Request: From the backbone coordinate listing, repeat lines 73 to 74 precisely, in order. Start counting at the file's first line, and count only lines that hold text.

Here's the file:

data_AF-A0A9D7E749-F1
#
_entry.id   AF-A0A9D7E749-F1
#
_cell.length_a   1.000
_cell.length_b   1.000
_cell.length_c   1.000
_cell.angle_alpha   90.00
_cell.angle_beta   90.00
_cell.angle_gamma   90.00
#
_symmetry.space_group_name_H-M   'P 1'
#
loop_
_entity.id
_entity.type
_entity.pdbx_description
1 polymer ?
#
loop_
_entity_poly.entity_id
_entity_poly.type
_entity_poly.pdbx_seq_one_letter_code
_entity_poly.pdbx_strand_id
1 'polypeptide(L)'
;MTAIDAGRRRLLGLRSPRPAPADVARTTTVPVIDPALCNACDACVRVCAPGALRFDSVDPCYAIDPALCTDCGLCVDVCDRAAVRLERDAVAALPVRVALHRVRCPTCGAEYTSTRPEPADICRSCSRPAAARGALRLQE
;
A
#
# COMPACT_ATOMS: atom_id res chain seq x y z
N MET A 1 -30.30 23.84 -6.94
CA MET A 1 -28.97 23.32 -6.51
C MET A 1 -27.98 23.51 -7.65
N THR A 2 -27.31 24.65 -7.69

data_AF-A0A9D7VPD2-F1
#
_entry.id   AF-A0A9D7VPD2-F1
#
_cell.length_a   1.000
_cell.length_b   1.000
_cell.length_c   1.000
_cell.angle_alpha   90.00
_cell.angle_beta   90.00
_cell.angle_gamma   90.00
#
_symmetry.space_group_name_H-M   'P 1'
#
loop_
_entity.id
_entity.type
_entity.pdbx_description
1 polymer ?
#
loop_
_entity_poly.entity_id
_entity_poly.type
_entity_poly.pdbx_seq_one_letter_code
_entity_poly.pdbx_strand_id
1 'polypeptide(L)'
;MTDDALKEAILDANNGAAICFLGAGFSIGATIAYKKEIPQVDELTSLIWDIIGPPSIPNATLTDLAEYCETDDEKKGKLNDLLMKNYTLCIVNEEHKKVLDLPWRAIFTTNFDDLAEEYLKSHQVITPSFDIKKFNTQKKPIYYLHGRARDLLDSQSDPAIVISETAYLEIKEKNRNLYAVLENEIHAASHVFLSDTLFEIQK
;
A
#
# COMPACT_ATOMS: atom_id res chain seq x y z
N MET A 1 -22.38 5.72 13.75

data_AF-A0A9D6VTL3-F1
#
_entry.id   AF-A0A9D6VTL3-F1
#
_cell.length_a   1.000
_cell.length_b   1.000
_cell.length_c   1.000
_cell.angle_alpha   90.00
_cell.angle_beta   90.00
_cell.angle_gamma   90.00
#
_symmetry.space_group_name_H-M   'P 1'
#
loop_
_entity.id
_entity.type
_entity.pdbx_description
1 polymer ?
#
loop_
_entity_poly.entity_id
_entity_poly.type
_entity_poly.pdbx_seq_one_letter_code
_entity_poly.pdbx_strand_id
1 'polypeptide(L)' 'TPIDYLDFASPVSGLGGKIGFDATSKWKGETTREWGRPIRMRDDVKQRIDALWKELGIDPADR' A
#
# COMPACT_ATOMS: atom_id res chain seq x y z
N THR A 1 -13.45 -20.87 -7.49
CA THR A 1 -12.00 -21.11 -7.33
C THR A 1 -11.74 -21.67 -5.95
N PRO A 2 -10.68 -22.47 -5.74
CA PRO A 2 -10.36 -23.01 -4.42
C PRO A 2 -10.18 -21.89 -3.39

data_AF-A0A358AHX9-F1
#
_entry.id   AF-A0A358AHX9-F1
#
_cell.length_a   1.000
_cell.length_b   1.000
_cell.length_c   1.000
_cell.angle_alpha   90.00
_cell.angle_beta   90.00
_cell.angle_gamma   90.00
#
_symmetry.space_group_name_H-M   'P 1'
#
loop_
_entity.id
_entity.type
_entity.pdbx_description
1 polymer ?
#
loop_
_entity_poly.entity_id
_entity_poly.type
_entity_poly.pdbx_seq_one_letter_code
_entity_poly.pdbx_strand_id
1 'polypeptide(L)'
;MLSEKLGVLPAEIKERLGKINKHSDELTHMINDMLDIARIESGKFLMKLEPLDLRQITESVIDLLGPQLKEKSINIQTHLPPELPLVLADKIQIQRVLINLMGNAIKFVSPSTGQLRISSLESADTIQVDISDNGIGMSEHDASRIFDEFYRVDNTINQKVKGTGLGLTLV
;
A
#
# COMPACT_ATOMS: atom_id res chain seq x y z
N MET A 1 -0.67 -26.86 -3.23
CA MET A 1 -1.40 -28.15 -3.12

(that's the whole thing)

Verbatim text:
_cell.angle_alpha   90.00
_cell.angle_beta   90.00